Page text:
Smokin' to the left, smokin' to the right: It's getting harder and harder to find a restaurant that still welcomes smokers -- even the very casual Benny's Restaurant y Cantina (301 East Seventh Avenue) considered taking itself off the list of possibilities. Earlier this year, the popular Mexican eatery printed up a form asking patrons whether Benny's should go smoke-free. "Secondhand smoke has become a serious health threat, especially harmful to children," the questionnaire pointed out.
But when owner Benny Armas tabulated the results, he realized that a healthy minority of his customers didn't care about the health hazards of smoking in restaurants. "A little less than 60 percent said to go ahead and make it smoke-free," Armas says, "so I'd say we'll keep the smoking. Forty percent is too many people to make such a serious change. But we are going to do some things that will make it better for the 60 percent who don't want smoking."
Armas has already installed new smoke vents and an exhaust fan that sucks the smoke out every hour or so. "We're also going to divide up the bar area and put in some partitions and stuff that will separate the smokers better," he adds. "That way, we'll accommodate everyone."
In the meantime, Benny's has been working on another problem that resulted in the restaurant's being fined $300 by Denver's Department of Environmental Health for poor hygienic practices (a notice was subsequently posted on the eatery's door). On a regular inspection tour of the restaurant on December 4, 2001, the department cited Benny's for failing to have adequate hand-washing facilities for employees and also for employees failing to make sure their hands were clean. Overall, though, the restaurant has gotten a pretty clean bill of health over the years -- you can view its inspection reports, along with those for any other Denver eatery, at denvergov.org -- and Armas promises to continue cleaning up Benny's act. That includes working harder to keep part of his space smoke-free while making smokers continue to feel welcome.
Another hospitable spot for smokers is the bar/smoking section of CityGrille (321 East Colfax Avenue), which recently remodeled (hardwood floors in the bar area, a new awning and a paint job) and also added Saturday lunches. "We've been open on Sundays for about three or four months now," says part owner Rich Salturelli. "The response has been so good that we decided to open on Saturdays for lunch, too. On our first Saturday, February 9, we did more than a hundred lunches."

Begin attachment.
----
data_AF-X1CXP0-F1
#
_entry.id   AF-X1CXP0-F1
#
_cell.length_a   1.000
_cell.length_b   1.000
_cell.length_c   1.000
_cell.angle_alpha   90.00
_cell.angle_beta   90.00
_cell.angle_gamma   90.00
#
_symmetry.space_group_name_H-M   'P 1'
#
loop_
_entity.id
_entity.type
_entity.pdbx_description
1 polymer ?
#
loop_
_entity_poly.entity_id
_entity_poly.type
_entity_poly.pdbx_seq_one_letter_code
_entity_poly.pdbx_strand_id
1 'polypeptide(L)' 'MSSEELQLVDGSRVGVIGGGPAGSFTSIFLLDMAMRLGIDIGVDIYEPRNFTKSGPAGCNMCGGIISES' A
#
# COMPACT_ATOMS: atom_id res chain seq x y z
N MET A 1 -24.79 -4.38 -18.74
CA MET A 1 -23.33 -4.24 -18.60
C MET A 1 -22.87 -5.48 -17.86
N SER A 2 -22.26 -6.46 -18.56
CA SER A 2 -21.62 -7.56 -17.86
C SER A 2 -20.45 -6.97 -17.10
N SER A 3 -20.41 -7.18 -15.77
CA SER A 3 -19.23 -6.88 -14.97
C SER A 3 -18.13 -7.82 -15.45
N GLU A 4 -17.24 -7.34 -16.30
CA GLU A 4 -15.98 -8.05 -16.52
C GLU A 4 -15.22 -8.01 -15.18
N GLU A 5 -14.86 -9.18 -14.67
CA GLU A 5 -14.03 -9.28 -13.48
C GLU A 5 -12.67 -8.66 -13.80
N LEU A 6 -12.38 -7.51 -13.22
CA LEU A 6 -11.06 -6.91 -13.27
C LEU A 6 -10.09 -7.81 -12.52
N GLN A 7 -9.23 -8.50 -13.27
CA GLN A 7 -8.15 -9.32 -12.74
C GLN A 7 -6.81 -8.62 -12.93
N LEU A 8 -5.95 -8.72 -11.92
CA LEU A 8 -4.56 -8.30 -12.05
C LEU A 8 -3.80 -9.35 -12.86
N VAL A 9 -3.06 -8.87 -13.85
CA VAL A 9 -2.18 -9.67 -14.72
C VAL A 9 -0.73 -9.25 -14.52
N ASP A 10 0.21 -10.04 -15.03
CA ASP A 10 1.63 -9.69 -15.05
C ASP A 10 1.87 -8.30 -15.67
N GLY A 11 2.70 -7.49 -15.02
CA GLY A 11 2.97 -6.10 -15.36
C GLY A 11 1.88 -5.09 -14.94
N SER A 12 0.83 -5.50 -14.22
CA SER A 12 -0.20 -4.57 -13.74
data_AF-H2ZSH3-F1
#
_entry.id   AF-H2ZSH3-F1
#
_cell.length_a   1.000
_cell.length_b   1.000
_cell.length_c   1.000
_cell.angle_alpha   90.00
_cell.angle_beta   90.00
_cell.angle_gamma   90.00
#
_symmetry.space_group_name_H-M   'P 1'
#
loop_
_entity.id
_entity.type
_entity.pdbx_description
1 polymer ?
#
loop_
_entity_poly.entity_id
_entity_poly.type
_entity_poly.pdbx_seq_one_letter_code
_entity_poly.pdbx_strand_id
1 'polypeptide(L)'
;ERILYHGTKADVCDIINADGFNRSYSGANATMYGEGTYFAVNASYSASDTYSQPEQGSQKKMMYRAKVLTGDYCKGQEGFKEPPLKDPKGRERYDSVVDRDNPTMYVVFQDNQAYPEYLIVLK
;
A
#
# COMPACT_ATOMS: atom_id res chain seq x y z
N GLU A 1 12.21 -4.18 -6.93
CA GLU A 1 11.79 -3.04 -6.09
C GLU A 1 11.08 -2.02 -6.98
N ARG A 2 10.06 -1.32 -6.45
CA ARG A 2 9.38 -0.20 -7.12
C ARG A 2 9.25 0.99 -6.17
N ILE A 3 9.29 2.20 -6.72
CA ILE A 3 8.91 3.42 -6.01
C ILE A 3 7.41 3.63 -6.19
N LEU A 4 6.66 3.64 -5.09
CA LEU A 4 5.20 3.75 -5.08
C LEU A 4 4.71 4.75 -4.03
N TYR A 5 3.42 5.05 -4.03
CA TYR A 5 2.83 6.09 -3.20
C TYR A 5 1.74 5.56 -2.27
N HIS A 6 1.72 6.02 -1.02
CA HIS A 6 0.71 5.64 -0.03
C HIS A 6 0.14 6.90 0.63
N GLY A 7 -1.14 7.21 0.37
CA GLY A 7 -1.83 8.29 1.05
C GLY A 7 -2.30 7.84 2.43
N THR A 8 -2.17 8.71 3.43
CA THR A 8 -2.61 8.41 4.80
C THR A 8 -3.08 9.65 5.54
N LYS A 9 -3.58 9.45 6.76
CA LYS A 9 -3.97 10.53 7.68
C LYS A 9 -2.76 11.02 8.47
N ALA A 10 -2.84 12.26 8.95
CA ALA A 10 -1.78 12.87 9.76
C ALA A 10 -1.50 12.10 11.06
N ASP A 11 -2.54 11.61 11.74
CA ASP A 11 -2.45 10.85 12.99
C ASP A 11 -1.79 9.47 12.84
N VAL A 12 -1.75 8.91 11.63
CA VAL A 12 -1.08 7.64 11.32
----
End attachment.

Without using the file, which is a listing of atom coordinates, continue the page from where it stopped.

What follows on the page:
Not bad for a neighborhood eatery in a neighborhood that's rather quiet on weekends -- although now that the Red Room has finally opened across the street at 320 East Colfax, that area east of the Capitol could liven up considerably. Part of CityGrille's draw is the daily specials, which Salturelli's partner, Dave Minty, has expanded through the weekend. On Saturdays, the bargain is the prime rib, a twelve-ounce slice with a baked potato, veggie and salad for $10.95.
Another option for both decent food and a smoker-friendly atmosphere is the J&L Cafe (4101 Kipling Street, Wheat Ridge), a tiny place filled with photos of classic cars and James Dean that makes great homemade pie, a mean burrito and a so-so cheesesteak (the green peppers and onions could use some more time on the grill). This joint is all smoking, all the time: Even the owners occasionally escape their duties in the kitchen to enjoy a smoke break in the dining area. Breakfast Inn, Dinner Too (6135 East Evans Avenue) has a very generous smoking section, as do the Edgewater Inn (5302 West 25th Avenue, Edgewater), the Campus Lounge (701 South University Boulevard) and the Bonnie Brae Tavern (740 South University). For a fancier meal, you can smoke on the bar side of Sacre Bleu (410 East Seventh Avenue) while munching on a seared tenderloin sandwich from the tasty bar menu.
Have other nominations for where nicotine-craving diners can find smokin' deals? Send them in.
Labor pains: Although both Nate's Café and its namesake, Nathan Joseph, have yet to be born, plans for both are well under way. David Nicholson, a veteran chef who took seven years off to work in telecommunications, once cooked at the original Tivoli location of the Rattlesnake Grill as well as at Today's Gourmet (which became Highland's Garden Café, at 3927 West 32nd Avenue); more recently he worked at Jax Fish House (1539 17th Street) and Pino's Place (3 Wilcox Street, Castle Rock), a popular Italian spot. Now he's expecting to open his own place, in the former home of the D.C. Deli (275 South Logan Street) -- just a week before the April 13 due date of Nathan Joseph, his first child.
Nate's Café is going to be much more ambitious than the D.C. Deli ever was. "We're calling it 'contemporary American,'" says Nicholson. "Fresh ingredients, with dishes that change with the seasons, exciting combinations and a sort of melting pot of ethnicity." The initial menu includes some noteworthy items, among them tempura-fried tuna carpaccio and grilled salmon with a red-chile-and-tequila-honey glaze. For the first month, Nate's will offer dinner only, then move to lunch and dinner the next month, and finally add weekend brunches.
That soft opening, coupled with the fact that both Nicholson and his front-of-the-house person, Trish White, who worked with him at Highland's Garden, have both been away from the biz for a while, should make sure things don't get too stressed out right away, Nicholson says.
With both a brand-new baby and a restaurant? Yeah, right.
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